Merry Christmas, Baby/Verve
Once upon a time in rock ’n’ roll history, Rod Stewart was one of the genre’s bad boys.
He was also one of rock’s most successful artists thanks to hits such as “Hot Legs” and “Maggie May.”
In recent years, though, Stewart has been taking the easy route music-wise, recording his renditions of songs from the Great American Songbook.
That’s fine and dandy, especially when you consider that the singer is approaching 70.
I’m not going to fault the guy for his musical direction. Just about everyone settles down and matures as they get older.
What’s truly amazing though is that up until this year Stewart had never recorded a Christmas album.
For most established artists, the recording of a collection of holiday songs early in their career has been a no-brainer.
Stewart must have missed that memo, though, because here he is at 67 releasing his first yuletide collection.
The mood of “Merry Christmas, Baby” is a lot closer to Stewart’s more recent releases than anything from his ’70s and ’80s heyday.
There is one lone original song here, the mediocre “Red-Suited Super Man,” but there are some good moments.
Stewart’s duet with CeeLo Green on the album’s title track is quite good, as are classic takes on “Have Yourself a Merry Little Christmas” and “Blue Christmas.”
His duet with Michael Buble on “Winter Wonderland” leaves a bit to be desired, although that’s more Buble’s fault than Stewart’s.
If you’re a Stewart fan and looking for a collection of classic holiday tunes sung in an equally classy way by Stewart, then you definitely could do worse than this CD.
Key Tracks: “Have Yourself a Merry Little Christmas,” “Merry Christmas, Baby,” “Blue Christmas”
A Very Special Christmas: 25 Years/Big Machine
A quarter-century ago, a group of the biggest music artists of the day got together to record some holiday songs to benefit the Special Olympics.
The resulting album, “A Very Special Christmas,” was a smash success as far as holiday albums go.
Many of the tracks from that release, including RUN-DMC’s “Christmas in Hollis” and Bruce Springsteen’s “Merry Christmas, Baby,” have become contemporary classics themselves.
That initial compilation has spawned numerous sequels, and on the 25th anniversary, we get yet another collection.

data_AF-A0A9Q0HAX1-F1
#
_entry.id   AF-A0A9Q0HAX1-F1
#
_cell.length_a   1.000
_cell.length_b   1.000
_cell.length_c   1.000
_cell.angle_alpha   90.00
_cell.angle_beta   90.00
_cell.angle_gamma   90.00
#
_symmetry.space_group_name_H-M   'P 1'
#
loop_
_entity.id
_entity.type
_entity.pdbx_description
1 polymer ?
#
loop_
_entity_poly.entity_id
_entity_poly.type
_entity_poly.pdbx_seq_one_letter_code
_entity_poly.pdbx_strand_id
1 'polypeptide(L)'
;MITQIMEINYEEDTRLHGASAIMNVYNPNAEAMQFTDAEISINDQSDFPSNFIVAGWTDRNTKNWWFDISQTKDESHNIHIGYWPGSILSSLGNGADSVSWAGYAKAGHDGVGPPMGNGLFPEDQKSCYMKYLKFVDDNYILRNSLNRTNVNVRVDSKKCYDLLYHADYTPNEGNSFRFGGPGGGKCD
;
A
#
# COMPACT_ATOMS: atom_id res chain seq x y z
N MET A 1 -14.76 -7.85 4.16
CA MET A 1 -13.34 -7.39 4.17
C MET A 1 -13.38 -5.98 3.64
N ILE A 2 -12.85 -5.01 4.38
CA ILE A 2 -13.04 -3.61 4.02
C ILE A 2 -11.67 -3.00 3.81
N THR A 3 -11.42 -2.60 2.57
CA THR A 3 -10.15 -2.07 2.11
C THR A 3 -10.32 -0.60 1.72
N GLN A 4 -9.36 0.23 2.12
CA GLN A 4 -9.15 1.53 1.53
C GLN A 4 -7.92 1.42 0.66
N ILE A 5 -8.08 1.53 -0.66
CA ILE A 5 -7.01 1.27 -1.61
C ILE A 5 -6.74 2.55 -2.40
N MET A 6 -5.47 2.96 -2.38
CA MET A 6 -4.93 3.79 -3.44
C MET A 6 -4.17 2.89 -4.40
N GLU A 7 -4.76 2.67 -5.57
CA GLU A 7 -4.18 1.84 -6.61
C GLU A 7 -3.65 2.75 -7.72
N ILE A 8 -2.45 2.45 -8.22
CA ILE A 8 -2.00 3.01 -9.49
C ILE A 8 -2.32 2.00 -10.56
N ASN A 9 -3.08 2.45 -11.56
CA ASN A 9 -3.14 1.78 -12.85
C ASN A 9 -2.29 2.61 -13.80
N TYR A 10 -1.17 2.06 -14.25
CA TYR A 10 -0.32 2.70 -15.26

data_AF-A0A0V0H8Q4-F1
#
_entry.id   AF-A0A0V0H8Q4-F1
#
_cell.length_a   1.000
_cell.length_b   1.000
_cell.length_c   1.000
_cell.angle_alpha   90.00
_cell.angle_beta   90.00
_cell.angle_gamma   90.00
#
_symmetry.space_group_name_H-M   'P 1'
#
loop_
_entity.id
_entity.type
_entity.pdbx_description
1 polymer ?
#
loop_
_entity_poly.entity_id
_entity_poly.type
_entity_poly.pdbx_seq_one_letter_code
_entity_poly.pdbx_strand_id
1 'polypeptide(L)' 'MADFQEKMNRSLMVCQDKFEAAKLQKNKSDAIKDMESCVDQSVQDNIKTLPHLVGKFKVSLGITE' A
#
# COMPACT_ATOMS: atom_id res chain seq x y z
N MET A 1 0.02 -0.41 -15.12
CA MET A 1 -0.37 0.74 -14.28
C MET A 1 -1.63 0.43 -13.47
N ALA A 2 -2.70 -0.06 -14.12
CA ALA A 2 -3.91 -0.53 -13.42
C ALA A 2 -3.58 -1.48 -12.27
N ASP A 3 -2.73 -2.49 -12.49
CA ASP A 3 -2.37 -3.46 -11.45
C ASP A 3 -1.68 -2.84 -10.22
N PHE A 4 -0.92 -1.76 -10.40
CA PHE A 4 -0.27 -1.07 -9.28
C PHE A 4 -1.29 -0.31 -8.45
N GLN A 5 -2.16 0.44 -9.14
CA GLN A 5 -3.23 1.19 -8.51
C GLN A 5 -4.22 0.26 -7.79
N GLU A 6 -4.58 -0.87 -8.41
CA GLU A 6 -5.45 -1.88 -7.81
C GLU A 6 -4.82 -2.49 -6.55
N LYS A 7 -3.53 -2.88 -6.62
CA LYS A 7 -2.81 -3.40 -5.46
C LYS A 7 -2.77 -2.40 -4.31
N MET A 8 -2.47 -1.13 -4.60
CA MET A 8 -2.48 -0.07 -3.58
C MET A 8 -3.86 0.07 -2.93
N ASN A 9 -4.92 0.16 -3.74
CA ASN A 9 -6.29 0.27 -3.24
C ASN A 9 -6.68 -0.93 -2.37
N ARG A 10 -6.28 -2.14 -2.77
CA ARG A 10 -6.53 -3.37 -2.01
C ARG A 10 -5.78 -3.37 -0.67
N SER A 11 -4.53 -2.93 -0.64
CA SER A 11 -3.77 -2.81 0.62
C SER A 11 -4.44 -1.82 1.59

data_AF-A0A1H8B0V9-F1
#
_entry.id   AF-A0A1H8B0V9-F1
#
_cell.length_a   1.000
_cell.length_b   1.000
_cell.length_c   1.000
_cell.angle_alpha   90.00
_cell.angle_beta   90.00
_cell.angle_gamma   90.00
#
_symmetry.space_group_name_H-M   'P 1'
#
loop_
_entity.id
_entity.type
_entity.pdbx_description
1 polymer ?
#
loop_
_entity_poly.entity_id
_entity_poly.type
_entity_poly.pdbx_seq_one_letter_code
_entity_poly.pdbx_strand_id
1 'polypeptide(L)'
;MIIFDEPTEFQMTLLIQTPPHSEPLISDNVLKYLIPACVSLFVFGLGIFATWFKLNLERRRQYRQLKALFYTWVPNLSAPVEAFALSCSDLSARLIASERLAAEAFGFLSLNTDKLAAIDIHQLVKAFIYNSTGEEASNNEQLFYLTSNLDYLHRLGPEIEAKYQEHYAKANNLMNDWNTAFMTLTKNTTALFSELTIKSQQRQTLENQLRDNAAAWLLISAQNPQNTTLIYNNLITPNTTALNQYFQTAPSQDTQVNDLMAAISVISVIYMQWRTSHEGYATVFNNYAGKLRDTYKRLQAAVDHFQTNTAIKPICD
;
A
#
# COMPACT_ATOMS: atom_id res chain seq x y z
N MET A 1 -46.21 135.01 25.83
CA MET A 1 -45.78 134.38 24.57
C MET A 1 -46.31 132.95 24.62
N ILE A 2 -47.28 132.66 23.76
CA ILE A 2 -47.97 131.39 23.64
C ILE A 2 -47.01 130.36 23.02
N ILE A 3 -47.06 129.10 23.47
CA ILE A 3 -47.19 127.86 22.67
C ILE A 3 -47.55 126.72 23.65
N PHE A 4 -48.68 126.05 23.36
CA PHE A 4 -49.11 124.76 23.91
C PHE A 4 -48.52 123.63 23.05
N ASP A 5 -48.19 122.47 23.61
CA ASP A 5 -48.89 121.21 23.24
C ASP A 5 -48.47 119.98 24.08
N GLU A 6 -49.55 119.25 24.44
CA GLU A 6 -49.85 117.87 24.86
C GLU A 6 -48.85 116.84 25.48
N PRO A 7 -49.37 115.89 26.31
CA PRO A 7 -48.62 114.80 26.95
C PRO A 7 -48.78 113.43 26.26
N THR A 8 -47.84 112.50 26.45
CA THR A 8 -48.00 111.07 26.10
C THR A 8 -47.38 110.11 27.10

Somewhere along the way, though, it seems that the basic idea of simply recording some holiday songs has become lost in the shuffle of commercialism.
Let’s start with the fact that the second track on this new album is actually called “Something in the Air (Coca-Cola 2012 Christmas Anthem).”
Really? We need to stick a soft drink advert right in the middle of a charity album? I’m hoping Coca-Cola made a huge contribution to Special Olympics in return for being able to include a lyric about “raising a Coke in celebration.”
Once we make it past that blatant bit of commercialism, the album is a mixed bag of holiday hits.
Among the good stuff are Cheap Trick’s “I Want You for Christmas” (which is a clever redo of the band’s hit “I Want You to Want Me”), OneRepublic’s “Christmas Without You” and Dave Matthews Band’s live version of “Christmas Song.”
Easily forgettable are Train’s horrid “Joy to the World” and Jordin Sparks’ uninspired “Do You Hear What I Hear,” which was done so much better by the late Whitney Houston on the first charity compilation.
It appears that the well may finally be running dry on this series, especially when you get a soft drink commercial two songs in.
Key Tracks: “I Want You for Christmas,” “Christmas Without You,” “Christmas Song”
The Classic Christmas Album series/Sony Legacy
With the holidays now in full swing, you’re likely either digging through your collection of holiday music or looking for something new yet familiar to play.
Legacy has you covered either way with its new series “The Classic Christmas Album.”
Featuring iconic artists such as Willie Nelson, Luther Vandross, Kenny G, John Denver, Barry Manilow, Tony Bennett and Elvis Presley, this series of albums is devoted to artists who have released more than one Christmas album in the past, and each artist’s respective album collects the best moments from those multiple releases.
It’s sort of like a greatest holiday hits compilation for each artist, saving you the bother of looking for the best stuff from each one.
Among the initial releases, the CDs by Nelson, Bennett and Vandross are probably the best here.
Denver’s does suffer a bit by not having any sign of his frequent holiday collaborations with Jim Henson’s Muppets.
Presley’s collection is quite good, but there have been previous collections of his holiday hits.
Only Kenny G’s compilation is questionable.
For fans of any of these artists though, these holiday compilations allow them to hear the choice cuts from their favorite artist’s holiday releases.
Key Albums: Willie Nelson, Tony Bennett, Luther Vandross
By Devin Grant